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Science: The Best Thing that Ever Happened to Me

It’s new-semester’s eve—the night before classes begin at the university where I teach. As I stand on the precipice of academic year 2016-2017, looking with hopeful eyes toward an always-uncertain semester, my mind wanders back to the beginning of my foray into the world of science. Tonight, my message is tailor made for the young women out there who might find themselves in a science class that they don’t want to be in. I know, it kind of sucks.

My guess (and it is an educated one) is that most of you are taking my class because 1) you have to take a science class, and 2) either your advisor told you this class fits your schedule, or you heard from someone that the class is not too hard.

There might be a handful of you who are somewhat intrigued by geology—earthquakes, volcanoes, tsunamis, landslides, and other natural disasters may have caught your attention via a show on the Discovery Channel, or some personal experience growing up in a hazard-prone location (AKA, California)

Mt. St. Helens ash explosion May, 1980.

Mt. St. Helens ash explosion – May, 1980. Isn’t it sexy?

For others, you may have no idea what geology is, but you figure it is easier than chemistry, physics, or biology and so why not give it a shot?

To all of you in any of these categories, I say proudly that I WAS YOU! My scientific career began the day I wandered into Geology 101 at Syracuse University, a cranky freshman English major determined to hate the class and just get through it with a decent grade. I sat in the back row in my Doc Marten combat boots, sulked, and tried not to fall asleep. (We didn’t have smart phones then so I didn’t have many options)

I wanted to be a dancer. Science was never part of the discussion when I was a kid.

I wanted to be a dancer or a writer. Science was never part of the discussion when I was a kid.

Much to my surprise, I found myself intrigued. Images of mountains and valleys and rivers and volcanic eruptions all invaded my non-science-y brain and refused to let go. It scared me a little. I thought to myself, “I might like this stuff but there is no way I can be a science major. I am not good at math or science. Science is too hard for me.”

And there it was—the phrase that creeps into the minds of bright little girls everywhere and begins to unfairly degrade their confidence:

Science is too hard.

Look, I am a scientist and I can confirm that science is hard. It is really freaking hard. But it is not TOO hard. What does that even mean, really? If it were too hard, nobody would be able to do it.

But people do it. Even people like me do it, and I was not the ideal candidate for a science program. I had always been a writer. I was interested in literature and poetry. My parents weren’t professors or engineers or even teachers. My dad was a musician and my mom was a housewife. Neither of them went to college. I always liked school, but I struggled with math and science. In high school I took advanced placement English and opted out of pre-calculus. Instead, I took “modern” math, which was a mixture of probability and statistics and other stuff that didn’t hurt my brain too much. So when I went to college I knew exactly where I was headed: I would be a writer, and to hell with math and science.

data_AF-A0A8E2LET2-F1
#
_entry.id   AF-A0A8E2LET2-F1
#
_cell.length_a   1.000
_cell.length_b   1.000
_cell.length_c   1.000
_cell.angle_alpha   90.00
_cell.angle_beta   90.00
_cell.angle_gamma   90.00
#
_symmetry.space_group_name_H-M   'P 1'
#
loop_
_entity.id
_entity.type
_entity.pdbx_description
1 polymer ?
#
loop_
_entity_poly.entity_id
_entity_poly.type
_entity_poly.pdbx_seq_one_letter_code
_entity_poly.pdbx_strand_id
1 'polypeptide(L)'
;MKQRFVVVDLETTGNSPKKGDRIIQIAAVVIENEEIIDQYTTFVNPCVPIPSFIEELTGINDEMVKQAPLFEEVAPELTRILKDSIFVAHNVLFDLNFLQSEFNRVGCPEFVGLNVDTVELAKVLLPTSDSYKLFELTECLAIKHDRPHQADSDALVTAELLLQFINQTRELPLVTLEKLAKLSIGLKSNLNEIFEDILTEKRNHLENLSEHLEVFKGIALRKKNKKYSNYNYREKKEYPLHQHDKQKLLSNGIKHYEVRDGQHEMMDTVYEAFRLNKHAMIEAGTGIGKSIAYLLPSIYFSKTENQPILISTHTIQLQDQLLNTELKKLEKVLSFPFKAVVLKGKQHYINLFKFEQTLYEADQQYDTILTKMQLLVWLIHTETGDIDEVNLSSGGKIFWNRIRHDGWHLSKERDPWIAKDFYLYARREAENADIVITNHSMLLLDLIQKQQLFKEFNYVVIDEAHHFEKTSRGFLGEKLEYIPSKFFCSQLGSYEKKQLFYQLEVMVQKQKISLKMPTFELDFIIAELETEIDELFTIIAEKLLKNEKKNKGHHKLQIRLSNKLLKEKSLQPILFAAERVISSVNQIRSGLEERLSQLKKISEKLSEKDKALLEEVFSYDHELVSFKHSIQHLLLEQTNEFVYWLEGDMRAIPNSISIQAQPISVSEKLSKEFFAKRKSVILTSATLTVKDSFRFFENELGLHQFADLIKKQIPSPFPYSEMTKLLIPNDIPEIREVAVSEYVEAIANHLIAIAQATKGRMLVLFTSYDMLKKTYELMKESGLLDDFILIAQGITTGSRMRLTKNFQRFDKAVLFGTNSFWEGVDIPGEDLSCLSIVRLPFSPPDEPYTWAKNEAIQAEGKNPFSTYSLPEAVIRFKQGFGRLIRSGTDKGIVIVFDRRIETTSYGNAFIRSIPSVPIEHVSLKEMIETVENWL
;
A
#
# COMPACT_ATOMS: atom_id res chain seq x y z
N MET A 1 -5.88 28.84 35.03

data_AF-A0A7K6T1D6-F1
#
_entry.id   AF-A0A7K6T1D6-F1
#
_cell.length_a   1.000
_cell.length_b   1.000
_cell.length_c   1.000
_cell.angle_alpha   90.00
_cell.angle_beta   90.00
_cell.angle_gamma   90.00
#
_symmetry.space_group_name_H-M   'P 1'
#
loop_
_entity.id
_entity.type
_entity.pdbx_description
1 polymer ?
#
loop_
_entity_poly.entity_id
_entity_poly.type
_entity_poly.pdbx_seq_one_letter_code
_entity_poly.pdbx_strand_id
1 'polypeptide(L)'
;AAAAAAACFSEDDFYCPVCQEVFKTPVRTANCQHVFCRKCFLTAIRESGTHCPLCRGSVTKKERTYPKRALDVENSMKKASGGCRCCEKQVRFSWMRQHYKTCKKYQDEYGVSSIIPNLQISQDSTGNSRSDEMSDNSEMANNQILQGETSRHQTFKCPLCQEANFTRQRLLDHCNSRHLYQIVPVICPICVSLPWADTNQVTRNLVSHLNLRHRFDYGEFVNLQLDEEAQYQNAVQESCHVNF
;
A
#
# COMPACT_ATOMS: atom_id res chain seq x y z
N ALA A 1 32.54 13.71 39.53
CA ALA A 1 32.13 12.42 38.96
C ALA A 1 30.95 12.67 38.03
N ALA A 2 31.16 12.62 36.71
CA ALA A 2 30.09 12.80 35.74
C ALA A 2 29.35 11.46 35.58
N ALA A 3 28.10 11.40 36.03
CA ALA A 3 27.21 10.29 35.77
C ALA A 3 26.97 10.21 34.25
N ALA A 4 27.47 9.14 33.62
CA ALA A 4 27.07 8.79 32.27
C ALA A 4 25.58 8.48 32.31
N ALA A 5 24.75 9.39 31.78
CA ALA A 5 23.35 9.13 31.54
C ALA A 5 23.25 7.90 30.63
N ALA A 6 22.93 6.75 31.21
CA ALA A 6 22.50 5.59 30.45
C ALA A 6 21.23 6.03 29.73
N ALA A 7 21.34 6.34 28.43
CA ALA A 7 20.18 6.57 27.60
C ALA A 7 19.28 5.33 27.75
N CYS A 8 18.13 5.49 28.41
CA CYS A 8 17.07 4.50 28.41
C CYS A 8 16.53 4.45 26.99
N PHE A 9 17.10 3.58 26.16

They were too hard.

Here’s the tragedy of all of this: my story is not unique. It is a well established fact that young girls are just as interested in math and science as boys are in elementary school, but somewhere around middle school girls are far more likely to utter that dreaded phrase, “science is too hard,” or its equally crappy counterpart, “math is too hard,” than boys are.

What the actual fuck.

It is just one more example of why we, as women, have to work that much harder to put this kind of nonsense to rest. We, as strong, smart, capable, unique, thinking women have to do even more to prove that we can do everything men can do, and better.

So here is my plea to all of the young women who will set foot in my sacred hall of learning this semester—

Come to crush it. Come ready to rock the hell out of some science. Come ready to show the boys what you are made of.

Me after crushing a five-day excursion in a snowy Tibet valley, doing geology for my PhD research.

Me after crushing a five-day excursion in a snowy Tibet valley, doing geology for my PhD research.

Now I know most of you will not end up pursuing science as a career. That is irrelevant. Having basic knowledge of the scientific process is absolutely invaluable to the overall impact you can have on the world around you. Understanding how data is gathered and analyzed, being able to read and decipher a graph, and engaging in critical thinking, are all skills that will make you a better, deeper, more intelligent person. Period.

And ladies, in this critical time in our nation’s evolution toward being a more equal and just place, you cannot underestimate the importance of using your voice, your brain, and your free will. This is the time to push yourselves to the boundaries of your comfort zones and beyond.

Ladies, this is the time.

I wasn’t born destined to be a scientist, but science was the best thing that ever happened to me. It took me well beyond my comfort zone and forced me to work harder than I ever had, think more deeply that I ever had, and fight harder than I ever had to gain recognition and respect in a field dominated by men. And you know what?

Doing science was hard. Becoming a scientist was the most difficult thing I ever did. But it was also the most rewarding.

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Seventeen Years Since Tibet

It has been almost seventeen years since my feet touched terra firma at 11,450 feet elevation, on the outskirts of Lhasa, Tibet. My first time at “high” altitude was both exhilarating, and utterly terrifying. I was embarking on an adventure that was meant to be no nonsense research for my PhD studies, but unbeknownst to me would end up being so much more. In short, it would shake me to my core. It forever changed, at least in part, who I am as a scientist, a woman, and a person.